Heard: April 2, 2019. 
action commenced in the Superior Court Department on January
31, 2017. The case was heard by Robert B. Gordon, J., on
motions for judgment on the pleadings.
Supreme Judicial Court on its own initiative transferred the
case from the Appeals Court.
M. Furgang, Assistant Attorney General, for the defendant.
R. Kiley (Meredith G. Fierro also present) for the plaintiff.
C. Powell, for Massachusetts Package Store Association, Inc.,
amicus curiae, submitted a brief.
Present: Gants, C.J., Lenk, Gaziano, Lowy, Budd, Cypher,
& Kafker, JJ.
204 Code Mass. Regs. § 2.04(1) (1993), a regulation
promulgated by the alcoholic beverages control commission
(commission), a licensed retailer of alcoholic beverages
shall not "sell or offer to sell any alcoholic beverages
at a price less than invoiced cost," with "[c]ost .
. . defined as net cost appearing on the invoice for said
alcoholic beverage." Here, the licensed retailer at issue,
Massachusetts Fine Wines & Spirits, LLC, doing business
as Total Wine & More (Total Wine), sold bottles of liquor
and wine at prices that were below the cost listed on the
invoices for its purchase of those bottles from the
wholesaler. For this reason, the commission found Total Wine
in violation of § 2.04(1) . Total Wine contends that it
was not in violation of this regulation because, after
accounting for the "cumulative quantity discounts"
(CQDs) that it obtained from its bulk purchases of these
brands of liquor and wine -- which were credited in
subsequent invoices -- its ultimate net cost per bottle was
below its sales price to consumers.
conclude that the plain language of § 2.04(1) requires
that the net cost of liquor or wine sold to a licensed
retailer, including any credits applied to that sale from
CQDs, be reflected in the invoice for that particular sale,
and that it was reasonable for the commission to interpret
the regulation in accordance with the regulation's plain
language. We also conclude that the commission's
interpretation of this regulation is reasonable in light of
both its legislative mandate and the administrative demands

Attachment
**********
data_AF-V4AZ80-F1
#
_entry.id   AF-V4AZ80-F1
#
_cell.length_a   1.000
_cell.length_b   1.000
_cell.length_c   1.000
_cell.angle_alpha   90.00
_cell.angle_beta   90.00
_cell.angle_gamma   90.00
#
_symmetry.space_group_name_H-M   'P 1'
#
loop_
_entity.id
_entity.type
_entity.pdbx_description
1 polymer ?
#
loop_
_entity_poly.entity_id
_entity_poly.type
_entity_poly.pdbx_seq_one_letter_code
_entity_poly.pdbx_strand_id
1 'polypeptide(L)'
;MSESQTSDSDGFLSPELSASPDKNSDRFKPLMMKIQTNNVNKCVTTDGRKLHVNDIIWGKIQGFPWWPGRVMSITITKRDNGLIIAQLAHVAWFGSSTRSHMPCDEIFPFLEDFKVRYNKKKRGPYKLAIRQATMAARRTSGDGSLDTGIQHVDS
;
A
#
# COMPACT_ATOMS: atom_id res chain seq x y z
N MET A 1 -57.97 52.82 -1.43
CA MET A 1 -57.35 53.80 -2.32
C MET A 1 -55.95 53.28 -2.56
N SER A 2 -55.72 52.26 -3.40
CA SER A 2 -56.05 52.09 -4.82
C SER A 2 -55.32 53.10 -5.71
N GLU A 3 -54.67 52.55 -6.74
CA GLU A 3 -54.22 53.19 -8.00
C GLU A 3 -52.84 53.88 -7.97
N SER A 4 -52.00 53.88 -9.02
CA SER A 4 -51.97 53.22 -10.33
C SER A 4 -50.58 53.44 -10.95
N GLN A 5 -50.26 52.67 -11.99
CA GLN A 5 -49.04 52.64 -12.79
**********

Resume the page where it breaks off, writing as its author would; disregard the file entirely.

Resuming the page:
of efficient and uniform enforcement. Where Total Wine sold
liquor and wine purchased through the invoiced sales in the
record at prices below the net price reflected in those
invoices, the commission was justified in finding that Total
Wine sold the liquor or wine "at a price less than
invoiced cost," in violation of § 2.04(1).
Accordingly, we reverse the Superior Court judgment allowing
Total Wine's motion for judgment on the pleadings, and
remand the case to the Superior Court with instructions to
allow the commission's cross motion for judgment on the
pleadings and to enter judgment in favor of the
summarize the facts as found by the commission, which we
conclude are supported by substantial evidence. See Craft
Beer Guild, LLC v. Alcoholic Beverages Control
Comm'n, 481 Mass. 506, 509 (2019) (Craft),
citing G. L. c. 30A, § 14 (7) (e) .
Wine is a retailer of alcoholic beverages licensed by the
commission pursuant to G. L. c. 138, § 15, the statutory
provision of the Liquor Control Act authorizing liquor stores
to sell alcoholic beverages to be consumed off premises.
Craft, supra at 509 n.4. In December 2015,
the commission received numerous complaints that at least one
Total Wine retail store was selling alcoholic beverages to
consumers at prices below the invoiced cost to Total Wine, in
violation of 204 Code Mass. Regs. § 2.04(1). The
commission continued to receive complaints about Total
Wine's pricing practices regarding at least two retail
store locations in May and June of 2016. Pursuant to its
authority to undertake "general supervision of the
conduct of the business of . . . selling alcoholic
beverages," G. L. c. 10, § 71, and to
"enforc[e] and prevent violation of" its own
regulations, G. L. c. 138, § 24, the commission
initiated investigations into Total Wine's pricing
the commission's investigators obtained invoices from the
licensed wholesalers from whom Total Wine purchased its
liquor, they discovered that, with respect to at least four
brands of liquor and wine sold during November 2015, and at
least eight brands of liquor sold during May and June 2016,
Total Wine sold bottles to consumers at a price below its own
invoiced per-bottle cost. For example, as to one brand of
rum, Total Wine purchased cases from a wholesaler at an
original cost of $19.99 per bottle. The invoice reflected a
one percent "prompt payment" discount, because
Total Wine paid for ...